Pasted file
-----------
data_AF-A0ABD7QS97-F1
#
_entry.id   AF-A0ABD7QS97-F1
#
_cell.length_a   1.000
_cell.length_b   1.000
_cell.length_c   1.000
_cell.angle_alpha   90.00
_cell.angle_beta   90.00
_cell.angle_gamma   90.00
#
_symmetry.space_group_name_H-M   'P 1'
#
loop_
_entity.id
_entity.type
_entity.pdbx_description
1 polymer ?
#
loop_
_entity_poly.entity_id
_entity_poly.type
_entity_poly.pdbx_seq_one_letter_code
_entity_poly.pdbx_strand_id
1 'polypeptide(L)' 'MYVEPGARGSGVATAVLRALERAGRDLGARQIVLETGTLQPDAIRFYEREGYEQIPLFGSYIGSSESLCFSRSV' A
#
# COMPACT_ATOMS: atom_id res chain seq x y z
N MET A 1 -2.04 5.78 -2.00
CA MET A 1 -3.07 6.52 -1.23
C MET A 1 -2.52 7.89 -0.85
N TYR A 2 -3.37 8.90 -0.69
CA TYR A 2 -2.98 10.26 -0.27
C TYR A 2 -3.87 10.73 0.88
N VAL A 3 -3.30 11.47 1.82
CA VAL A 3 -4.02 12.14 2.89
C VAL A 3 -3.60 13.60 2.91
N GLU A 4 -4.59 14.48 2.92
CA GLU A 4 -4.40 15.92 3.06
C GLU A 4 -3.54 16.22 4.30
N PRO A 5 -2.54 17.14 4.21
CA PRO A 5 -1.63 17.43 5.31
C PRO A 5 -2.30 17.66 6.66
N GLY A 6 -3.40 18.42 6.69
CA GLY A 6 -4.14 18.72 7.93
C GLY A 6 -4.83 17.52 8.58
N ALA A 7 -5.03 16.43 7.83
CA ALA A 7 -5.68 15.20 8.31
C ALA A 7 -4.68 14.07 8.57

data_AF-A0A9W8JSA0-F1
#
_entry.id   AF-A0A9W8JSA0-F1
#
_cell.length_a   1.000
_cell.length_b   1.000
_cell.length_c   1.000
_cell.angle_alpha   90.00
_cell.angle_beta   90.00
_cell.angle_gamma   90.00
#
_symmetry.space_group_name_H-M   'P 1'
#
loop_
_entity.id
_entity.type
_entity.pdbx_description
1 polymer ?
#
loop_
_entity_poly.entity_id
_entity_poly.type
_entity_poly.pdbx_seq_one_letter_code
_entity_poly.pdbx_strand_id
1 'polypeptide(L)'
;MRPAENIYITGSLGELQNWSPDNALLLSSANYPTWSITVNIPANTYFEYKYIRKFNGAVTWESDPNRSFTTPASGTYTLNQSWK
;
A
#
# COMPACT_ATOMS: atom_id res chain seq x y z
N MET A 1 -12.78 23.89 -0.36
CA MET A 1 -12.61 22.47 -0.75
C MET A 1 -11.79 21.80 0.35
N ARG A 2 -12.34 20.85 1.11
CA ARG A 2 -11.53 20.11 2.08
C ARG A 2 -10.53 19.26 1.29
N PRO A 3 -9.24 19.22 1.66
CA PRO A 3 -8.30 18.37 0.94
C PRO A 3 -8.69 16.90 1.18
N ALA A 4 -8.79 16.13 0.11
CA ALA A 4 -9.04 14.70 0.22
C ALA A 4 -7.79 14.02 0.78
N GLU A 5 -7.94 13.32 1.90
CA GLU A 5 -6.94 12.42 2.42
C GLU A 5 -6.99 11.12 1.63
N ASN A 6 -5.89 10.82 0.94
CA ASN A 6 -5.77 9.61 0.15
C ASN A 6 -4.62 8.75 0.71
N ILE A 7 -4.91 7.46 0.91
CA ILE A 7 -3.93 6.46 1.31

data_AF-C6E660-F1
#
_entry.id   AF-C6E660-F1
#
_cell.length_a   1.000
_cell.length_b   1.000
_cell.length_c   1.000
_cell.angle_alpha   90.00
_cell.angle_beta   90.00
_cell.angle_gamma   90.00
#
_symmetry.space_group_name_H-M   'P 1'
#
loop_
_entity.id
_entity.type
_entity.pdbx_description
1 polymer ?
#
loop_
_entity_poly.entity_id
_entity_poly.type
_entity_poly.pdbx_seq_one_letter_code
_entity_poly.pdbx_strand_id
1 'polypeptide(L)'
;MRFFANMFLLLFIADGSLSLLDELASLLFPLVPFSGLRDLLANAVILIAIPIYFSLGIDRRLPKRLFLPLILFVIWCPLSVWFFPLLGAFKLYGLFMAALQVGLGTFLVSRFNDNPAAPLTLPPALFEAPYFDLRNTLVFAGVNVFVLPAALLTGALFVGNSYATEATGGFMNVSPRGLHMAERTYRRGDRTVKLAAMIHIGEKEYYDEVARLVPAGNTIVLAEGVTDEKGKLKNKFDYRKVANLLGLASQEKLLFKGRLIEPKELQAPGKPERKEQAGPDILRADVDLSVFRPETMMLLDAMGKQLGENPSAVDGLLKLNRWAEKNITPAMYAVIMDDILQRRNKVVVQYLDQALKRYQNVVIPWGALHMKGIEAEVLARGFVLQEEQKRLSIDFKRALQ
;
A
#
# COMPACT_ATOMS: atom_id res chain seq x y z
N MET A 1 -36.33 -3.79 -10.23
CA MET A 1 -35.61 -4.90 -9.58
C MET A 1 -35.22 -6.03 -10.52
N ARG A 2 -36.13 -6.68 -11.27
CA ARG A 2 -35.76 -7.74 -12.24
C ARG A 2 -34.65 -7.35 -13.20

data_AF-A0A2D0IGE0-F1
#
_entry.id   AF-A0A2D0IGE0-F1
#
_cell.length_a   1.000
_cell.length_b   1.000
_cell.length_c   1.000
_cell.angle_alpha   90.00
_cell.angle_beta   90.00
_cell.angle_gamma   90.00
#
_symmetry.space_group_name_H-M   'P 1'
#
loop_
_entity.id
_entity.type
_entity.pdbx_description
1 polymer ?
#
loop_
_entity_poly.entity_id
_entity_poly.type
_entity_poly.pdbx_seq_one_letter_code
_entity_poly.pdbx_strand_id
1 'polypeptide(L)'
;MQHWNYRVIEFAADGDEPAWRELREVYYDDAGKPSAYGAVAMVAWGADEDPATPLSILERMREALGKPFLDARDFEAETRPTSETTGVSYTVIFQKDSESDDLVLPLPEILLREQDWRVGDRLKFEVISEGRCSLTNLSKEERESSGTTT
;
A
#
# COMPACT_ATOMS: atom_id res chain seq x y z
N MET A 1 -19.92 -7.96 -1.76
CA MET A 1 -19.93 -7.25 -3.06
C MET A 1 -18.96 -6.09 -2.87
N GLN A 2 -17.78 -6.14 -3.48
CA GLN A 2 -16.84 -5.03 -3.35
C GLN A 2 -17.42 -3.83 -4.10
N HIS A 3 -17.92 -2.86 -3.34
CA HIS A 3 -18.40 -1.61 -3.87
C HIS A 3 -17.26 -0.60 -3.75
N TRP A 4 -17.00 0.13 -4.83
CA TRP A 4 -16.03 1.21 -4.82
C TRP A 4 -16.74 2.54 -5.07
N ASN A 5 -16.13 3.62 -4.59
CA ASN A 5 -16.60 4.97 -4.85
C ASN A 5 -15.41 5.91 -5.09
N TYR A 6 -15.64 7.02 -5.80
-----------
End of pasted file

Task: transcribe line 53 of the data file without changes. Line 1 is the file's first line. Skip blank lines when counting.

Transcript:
_cell.length_a   1.000